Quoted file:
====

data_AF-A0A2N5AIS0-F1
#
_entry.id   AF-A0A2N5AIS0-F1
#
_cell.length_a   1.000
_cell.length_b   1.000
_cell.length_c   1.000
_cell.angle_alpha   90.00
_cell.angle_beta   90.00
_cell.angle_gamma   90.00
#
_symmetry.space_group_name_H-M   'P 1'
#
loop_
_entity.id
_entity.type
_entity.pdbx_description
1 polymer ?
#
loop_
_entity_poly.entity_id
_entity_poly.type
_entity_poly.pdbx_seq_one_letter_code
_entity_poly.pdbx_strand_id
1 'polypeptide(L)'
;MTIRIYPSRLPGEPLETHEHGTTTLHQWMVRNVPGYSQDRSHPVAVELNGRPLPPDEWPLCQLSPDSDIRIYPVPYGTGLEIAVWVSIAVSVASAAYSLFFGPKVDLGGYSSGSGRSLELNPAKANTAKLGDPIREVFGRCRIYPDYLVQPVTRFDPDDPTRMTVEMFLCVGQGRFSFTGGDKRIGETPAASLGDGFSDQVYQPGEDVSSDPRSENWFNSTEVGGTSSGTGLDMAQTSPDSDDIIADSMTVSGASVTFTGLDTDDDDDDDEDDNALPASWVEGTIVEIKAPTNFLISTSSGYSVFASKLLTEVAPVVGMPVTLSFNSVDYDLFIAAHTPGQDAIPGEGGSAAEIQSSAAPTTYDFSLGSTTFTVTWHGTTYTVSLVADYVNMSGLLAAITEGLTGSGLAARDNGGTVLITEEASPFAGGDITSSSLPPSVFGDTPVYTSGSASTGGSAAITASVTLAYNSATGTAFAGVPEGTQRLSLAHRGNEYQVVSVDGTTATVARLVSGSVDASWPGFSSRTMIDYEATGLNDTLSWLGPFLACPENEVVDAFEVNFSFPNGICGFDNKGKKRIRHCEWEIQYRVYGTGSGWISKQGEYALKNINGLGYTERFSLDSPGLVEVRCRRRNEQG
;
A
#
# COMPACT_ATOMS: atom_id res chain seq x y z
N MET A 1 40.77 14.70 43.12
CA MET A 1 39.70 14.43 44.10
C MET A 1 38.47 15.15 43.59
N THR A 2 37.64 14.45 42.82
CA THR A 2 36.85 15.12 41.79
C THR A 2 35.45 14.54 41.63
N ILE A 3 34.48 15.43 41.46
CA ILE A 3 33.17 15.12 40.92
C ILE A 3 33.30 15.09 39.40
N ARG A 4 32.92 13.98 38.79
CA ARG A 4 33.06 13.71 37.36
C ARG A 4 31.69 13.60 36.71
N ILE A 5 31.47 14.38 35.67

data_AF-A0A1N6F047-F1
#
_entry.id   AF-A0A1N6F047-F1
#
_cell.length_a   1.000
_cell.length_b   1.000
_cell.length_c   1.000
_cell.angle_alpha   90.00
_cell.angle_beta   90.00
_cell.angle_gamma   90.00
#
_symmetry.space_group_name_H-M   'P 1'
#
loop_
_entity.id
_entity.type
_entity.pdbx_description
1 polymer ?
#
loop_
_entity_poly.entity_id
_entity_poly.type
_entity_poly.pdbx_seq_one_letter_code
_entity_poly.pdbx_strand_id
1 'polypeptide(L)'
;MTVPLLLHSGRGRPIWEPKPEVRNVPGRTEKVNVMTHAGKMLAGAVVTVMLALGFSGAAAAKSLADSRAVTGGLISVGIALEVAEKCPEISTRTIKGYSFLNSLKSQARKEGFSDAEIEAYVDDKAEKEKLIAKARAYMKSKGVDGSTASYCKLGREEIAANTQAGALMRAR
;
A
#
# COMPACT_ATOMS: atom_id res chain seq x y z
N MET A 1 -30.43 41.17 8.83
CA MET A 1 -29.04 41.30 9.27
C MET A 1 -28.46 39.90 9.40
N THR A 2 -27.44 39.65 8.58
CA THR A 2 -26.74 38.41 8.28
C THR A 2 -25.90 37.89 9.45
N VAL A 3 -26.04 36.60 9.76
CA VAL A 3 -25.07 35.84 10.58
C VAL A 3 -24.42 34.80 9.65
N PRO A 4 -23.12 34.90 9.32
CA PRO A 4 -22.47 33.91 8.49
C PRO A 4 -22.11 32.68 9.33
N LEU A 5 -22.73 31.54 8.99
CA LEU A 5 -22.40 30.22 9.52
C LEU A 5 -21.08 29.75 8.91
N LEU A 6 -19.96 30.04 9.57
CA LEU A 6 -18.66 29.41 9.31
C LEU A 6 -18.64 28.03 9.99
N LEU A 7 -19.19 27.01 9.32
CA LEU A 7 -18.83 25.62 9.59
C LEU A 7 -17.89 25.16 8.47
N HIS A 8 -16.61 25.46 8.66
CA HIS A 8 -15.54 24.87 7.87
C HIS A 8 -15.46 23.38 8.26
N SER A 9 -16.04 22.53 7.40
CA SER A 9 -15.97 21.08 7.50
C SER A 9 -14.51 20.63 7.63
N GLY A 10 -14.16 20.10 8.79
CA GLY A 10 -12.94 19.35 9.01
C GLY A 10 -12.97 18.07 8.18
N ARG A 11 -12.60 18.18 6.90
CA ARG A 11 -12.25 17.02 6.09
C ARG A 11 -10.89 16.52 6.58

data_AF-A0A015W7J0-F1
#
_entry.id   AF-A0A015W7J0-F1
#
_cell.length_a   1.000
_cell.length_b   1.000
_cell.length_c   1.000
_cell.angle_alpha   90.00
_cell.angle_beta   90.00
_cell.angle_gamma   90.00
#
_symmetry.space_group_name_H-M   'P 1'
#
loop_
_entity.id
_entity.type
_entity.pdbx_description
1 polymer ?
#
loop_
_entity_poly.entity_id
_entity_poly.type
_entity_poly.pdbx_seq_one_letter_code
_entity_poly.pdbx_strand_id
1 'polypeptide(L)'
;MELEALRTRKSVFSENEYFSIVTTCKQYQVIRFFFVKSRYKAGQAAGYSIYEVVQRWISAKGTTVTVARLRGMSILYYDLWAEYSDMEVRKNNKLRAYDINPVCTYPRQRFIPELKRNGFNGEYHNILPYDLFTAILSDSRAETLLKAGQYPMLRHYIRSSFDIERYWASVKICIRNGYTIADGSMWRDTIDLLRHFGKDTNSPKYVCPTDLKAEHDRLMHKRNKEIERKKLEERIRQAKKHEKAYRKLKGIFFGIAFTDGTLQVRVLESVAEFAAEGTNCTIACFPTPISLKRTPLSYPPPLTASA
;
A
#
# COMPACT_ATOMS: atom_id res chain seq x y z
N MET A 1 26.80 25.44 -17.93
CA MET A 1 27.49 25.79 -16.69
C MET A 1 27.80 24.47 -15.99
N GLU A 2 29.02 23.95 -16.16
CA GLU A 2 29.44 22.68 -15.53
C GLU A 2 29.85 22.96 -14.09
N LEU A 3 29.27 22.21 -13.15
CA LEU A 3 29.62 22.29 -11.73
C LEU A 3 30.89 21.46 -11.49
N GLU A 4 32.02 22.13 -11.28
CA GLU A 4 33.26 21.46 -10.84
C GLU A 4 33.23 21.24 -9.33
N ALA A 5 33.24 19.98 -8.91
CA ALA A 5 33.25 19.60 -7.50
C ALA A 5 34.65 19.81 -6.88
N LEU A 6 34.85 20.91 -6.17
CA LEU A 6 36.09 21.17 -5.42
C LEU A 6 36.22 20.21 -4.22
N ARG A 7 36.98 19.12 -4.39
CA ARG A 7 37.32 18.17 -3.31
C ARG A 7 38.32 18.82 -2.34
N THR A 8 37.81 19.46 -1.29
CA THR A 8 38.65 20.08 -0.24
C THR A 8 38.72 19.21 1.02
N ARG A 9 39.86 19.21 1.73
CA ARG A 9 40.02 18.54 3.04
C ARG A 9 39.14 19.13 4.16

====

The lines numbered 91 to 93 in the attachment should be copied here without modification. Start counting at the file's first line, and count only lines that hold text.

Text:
C LEU A 6 -18.64 28.03 9.99
N LEU A 7 -19.19 27.01 9.32
CA LEU A 7 -18.83 25.62 9.59